The Full Wiki

Luis Puenzo: Wikis


Note: Many of our articles have direct quotes from sources you can cite, within the Wikipedia article! This article doesn't yet, but we're working on it! See more info or our list of citable articles.


From Wikipedia, the free encyclopedia

Luis Puenzo
Born February 19, 1946 (1946-02-19) (age 63),
Buenos Aires,
Occupation Film Director, Producer,
and Writer.

Luis Adalberto Puezo (born February 19, 1946 in Buenos Aires, Argentina) is a film director, producer and screenplay writer.

He works mainly in the cinema of Argentina, but has worked in the United States.[1]



Puenzo has had a long and successful career in producing commercials in Argentina.

In 1968 he founded his own production company with Sergio Tamburri (film editor and trombone player of the famous Porteña Jazz Band), Luis Puenzo Cinema, and in 1974 the firm's name was changed to Cinemanía S.A.

During Argentina's Dirty War in the mid 1970s and early 1980s many filmmakers became victims of repression and some went into exile; some disappeared. During this difficult time, Puenzo decided to work in advertising.[2]

In the United States he is known for his film Old Gringo (1989), starring Gregory Peck, Jane Fonda and Jimmy Smits.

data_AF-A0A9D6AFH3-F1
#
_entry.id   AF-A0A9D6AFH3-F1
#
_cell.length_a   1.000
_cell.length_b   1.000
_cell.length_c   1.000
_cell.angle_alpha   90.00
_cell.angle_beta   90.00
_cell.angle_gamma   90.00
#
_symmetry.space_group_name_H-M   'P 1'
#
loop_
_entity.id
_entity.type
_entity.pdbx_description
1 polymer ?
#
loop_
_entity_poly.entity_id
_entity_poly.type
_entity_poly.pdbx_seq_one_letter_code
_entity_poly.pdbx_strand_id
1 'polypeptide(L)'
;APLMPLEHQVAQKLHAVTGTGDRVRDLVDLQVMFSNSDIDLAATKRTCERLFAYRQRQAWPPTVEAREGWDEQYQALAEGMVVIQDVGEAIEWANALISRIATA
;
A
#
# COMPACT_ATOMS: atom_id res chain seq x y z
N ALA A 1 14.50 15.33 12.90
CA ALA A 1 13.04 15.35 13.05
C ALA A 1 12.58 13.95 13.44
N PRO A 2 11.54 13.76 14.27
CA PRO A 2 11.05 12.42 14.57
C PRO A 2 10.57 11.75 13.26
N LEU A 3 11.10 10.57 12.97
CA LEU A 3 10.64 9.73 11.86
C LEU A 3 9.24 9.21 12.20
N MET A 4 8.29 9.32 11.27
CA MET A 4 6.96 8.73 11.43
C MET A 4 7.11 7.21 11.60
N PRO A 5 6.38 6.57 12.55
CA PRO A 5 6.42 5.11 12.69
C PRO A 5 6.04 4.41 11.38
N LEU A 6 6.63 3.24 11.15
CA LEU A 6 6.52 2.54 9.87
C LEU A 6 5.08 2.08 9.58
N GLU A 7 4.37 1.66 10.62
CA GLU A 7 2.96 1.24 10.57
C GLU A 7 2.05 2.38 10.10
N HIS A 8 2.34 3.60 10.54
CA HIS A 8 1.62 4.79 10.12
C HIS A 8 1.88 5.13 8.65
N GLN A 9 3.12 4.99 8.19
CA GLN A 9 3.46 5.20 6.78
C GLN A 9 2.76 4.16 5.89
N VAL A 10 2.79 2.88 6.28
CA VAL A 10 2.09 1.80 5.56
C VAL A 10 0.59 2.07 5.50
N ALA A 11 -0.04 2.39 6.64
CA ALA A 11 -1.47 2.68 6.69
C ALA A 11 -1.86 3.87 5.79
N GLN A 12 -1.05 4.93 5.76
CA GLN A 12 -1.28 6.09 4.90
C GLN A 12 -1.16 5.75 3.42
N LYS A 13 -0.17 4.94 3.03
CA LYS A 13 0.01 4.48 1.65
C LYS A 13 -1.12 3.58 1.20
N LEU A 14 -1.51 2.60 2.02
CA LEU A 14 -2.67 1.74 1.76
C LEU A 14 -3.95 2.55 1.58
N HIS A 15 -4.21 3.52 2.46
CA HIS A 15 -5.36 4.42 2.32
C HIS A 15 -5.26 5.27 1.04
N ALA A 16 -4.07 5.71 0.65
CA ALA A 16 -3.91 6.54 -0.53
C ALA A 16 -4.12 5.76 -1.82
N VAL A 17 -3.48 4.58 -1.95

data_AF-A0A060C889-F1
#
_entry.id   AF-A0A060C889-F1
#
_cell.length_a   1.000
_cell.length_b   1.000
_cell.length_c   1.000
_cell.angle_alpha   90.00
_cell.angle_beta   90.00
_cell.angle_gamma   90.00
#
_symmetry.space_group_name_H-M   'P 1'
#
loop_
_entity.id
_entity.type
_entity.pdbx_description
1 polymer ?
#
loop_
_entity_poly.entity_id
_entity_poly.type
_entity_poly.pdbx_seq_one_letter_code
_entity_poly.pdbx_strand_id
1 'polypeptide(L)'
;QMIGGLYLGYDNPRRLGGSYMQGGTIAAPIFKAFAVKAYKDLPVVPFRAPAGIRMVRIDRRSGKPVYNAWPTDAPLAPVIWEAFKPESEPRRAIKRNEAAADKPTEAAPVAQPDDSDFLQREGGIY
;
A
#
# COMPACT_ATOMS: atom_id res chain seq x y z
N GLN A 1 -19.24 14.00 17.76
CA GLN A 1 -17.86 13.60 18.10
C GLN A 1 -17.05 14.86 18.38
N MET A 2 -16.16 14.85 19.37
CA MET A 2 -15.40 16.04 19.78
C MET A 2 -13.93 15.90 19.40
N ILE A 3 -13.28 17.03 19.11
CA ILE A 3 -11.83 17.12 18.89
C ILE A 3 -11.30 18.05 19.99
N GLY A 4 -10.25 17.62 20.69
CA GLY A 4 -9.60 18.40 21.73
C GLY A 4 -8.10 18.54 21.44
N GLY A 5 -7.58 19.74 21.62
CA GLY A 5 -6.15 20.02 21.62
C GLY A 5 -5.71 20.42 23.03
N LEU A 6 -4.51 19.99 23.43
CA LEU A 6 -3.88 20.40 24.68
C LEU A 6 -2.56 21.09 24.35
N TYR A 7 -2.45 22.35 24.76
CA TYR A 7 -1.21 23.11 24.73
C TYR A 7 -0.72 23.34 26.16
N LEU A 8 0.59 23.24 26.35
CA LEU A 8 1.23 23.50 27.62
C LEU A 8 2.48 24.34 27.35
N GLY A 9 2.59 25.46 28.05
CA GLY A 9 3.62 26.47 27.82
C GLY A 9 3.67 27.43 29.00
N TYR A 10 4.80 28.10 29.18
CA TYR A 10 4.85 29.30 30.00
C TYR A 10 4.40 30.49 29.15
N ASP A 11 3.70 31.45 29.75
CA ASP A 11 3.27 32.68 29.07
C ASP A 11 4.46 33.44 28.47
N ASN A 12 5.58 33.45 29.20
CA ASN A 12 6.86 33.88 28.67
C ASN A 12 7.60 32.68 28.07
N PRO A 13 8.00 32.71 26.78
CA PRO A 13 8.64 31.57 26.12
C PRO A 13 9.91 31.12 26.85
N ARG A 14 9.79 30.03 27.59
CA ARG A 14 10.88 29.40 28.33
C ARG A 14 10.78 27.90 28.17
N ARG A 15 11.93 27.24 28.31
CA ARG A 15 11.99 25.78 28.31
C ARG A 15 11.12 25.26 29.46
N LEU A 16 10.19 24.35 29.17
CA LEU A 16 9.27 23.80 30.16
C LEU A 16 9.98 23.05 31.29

His The Official Story (1985) won an Academy Award for Best Foreign Film and many other accolades.


The Official Story, arguably Puenzo's best work, has been lauded by film critics and scholars for bringing to the screen a story that "[is] an excellent point of departure to explore some of Argentina and Latin America’s most salient problems today. As the film deals with its various themes, it shows their impact on individuals in a very personal way, thus making them more immediate." Today, Puenzo's film has become "a staple in many Latin American culture courses throughout the U.S. and Europe, keeping its relevance intact even though it is now well into its second decade."[3][4]

According to Sandra Brennan most of his films "offer probing, metaphorical portraits of characters and relationships in the face of larger sociopolitical issues."[5]


  • Luces de mis zapatos (1973)
  • Las Sorpresas (1975), segment "Cinco años de vida"
  • La Historia oficial (1985), aka The Official Story
  • Old Gringo (1989)
  • With Open Arms (1990)
  • La Peste (1992), The Plague (USA)
  • Broken Silence (2002), Mini-TV Series, segment "Some Who Lived."
  • La Puta y la Ballena (2004), The Whore and the Whale

Awards for The Official Story




  1. ^ IMDb film data base.
  2. ^ Aufderheide, Patricia. Cross-Cultural Film Guide, The American University, 1992.
  3. ^ Blommers, Thomas J. "Social and Cultural Circularity in La historia oficial," California State University-Bakersfield.
  4. ^ Cinergía movie file by Cristina Molano-Wendt, Amy Bianchi, Shannon Tierny, and Brian Sabella. For educational purposes.
  5. ^ Brennan, Sandra. Allmovie, biography.

External links

Got something to say? Make a comment.
Your name
Your email address